Maui News

Sharks Subject of Mayor’s TV Show

September 4, 2013, 6:39 AM HST
* Updated September 4, 9:28 AM
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Ocean Safety Chief of Operations Archie Kalepa. Photo by Wendy Osher.

Ocean Safety Chief of Operations Archie Kalepa. Photo by Wendy Osher.

By Wendy Osher

The latest edition of the mayor’s television show, “Your County with Mayor Arakawa” airs tonight at 7 p.m. on Channel 53.

County officials say the live show will discuss recent events on Maui involving shark sightings and attacks at state beaches and county parks, and how they affect the community.

The program will feature Ocean Safety Chief of Operations Archie Kalepa and Department of Land and Natural Resources Aquatics Biologist Russell Sparks.

The public is invited to call in with questions during the first half-hour of the program to (808) 873-3430.

Ocean Safety Chief of Operations Archie Kalepa. Photo by Wendy Osher.

Ocean Safety Chief of Operations Archie Kalepa. Photo by Wendy Osher.


Mayor Arakawa discussed options and mitigation measures during a recent Maui Now interview, in light of recent activity and reports. During the discussion he said he does not personally like the idea of hunting sharks or setting up barrier fences off shore.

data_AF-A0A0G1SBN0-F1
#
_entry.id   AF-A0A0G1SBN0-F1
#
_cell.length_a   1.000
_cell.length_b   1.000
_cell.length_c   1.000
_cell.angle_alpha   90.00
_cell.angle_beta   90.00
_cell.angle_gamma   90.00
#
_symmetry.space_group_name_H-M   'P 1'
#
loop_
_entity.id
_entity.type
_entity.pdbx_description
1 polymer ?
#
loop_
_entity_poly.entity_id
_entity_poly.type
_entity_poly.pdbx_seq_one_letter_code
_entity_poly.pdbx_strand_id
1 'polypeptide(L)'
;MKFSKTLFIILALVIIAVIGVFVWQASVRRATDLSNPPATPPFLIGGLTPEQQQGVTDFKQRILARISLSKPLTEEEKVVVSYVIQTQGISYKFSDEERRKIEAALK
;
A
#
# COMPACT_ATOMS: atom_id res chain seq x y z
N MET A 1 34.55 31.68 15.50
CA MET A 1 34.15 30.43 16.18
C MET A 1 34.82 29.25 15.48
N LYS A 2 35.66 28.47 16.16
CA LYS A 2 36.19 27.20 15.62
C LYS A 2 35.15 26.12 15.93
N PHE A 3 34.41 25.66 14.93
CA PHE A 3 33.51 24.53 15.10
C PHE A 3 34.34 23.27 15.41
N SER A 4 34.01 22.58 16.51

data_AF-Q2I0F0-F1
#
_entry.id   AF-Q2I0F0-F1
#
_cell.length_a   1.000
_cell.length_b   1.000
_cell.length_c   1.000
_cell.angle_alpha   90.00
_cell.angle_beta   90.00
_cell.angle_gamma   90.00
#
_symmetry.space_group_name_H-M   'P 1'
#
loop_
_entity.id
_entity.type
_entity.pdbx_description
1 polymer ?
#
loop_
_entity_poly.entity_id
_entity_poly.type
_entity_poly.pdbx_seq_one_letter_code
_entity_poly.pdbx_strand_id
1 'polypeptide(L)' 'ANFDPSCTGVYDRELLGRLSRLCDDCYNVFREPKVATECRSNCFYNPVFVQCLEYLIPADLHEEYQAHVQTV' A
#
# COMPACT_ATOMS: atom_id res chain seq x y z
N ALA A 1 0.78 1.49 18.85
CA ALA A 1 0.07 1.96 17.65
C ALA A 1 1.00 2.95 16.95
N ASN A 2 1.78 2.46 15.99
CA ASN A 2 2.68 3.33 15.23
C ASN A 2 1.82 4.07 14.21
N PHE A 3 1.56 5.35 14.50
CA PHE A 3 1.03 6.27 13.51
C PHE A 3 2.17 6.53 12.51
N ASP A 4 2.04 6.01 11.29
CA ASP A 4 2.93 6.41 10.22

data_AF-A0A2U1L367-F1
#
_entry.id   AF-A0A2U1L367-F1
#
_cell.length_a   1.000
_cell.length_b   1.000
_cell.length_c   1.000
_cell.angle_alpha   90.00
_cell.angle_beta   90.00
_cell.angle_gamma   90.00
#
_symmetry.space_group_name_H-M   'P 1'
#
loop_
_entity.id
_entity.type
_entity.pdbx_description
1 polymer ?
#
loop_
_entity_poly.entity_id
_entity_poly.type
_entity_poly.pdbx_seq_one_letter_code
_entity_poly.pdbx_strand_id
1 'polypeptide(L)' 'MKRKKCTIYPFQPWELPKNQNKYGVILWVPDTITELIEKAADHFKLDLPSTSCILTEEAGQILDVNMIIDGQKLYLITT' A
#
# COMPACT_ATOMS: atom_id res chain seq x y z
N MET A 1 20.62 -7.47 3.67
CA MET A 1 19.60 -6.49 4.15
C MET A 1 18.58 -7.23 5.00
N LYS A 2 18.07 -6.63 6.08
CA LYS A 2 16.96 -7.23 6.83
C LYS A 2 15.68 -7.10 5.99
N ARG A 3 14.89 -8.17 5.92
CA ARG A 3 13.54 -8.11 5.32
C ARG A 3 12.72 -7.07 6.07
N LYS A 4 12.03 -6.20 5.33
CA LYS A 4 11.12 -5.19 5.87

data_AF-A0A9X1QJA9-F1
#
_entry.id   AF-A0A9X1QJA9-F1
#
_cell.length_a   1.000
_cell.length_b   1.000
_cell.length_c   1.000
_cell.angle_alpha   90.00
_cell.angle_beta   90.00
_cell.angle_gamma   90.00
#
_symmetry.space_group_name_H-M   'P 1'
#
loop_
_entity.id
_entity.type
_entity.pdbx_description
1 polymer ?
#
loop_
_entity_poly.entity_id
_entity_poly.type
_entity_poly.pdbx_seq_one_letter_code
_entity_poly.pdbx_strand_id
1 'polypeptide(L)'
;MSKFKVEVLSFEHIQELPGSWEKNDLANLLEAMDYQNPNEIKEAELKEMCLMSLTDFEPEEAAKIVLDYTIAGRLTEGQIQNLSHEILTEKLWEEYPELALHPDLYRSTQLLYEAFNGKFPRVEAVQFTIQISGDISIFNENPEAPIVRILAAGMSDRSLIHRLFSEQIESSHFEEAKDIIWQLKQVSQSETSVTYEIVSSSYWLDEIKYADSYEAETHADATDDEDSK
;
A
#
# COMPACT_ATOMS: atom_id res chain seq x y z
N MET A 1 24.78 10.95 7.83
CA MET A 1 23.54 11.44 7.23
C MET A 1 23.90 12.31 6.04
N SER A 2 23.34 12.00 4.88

The mayor said high surf stirring up sediment, murky water, and overfishing could all be factors in shark presence.

So far this year, there have been eight confirmed incidents in Hawaiian waters, including four within the last month, state officials said. Of the eight shark bite incidents, DLNR officials say four were on Maui, three on the Big Island, and one was on Oʻahu.

The state Department of Land and Natural Resources launches a shark study this month off Maui following the fatal attack of Jana Lutteropp, the 20-year-old German woman who died on Wednesday, Aug. 21 after her arm was severed in a shark attack incident at Maui’s Palauea Beach.


A $186,000, two-year study will focus on tiger shark movements around Maui, and compare their behavior to that of known movement patterns around the other main Hawaiian islands.

The incident comes on the heels of a separate incident in which a shark bit an unmanned board about a quarter mile offshore of Kaʻa Point near Kanahā Beach in Central Maui on Tuesday, Aug. 13. No one was injured in that incident.

And prior to that, a shark attack was reported on Wednesday July 31,  in the Ulua Beach area of South Maui.

The previous fatality from a shark attack in Hawaiʻi was in 2004, when a man was attacked while surfing in Maui waters. The incident was reported at 7:13 a.m. on April 7, 2004, 100 yards from shore at Pōhaku Park in West Maui.

The Department of Land and Natural Resources has a list of tips for “Safety Dos and Don’ts” relating to water safety and sharks.

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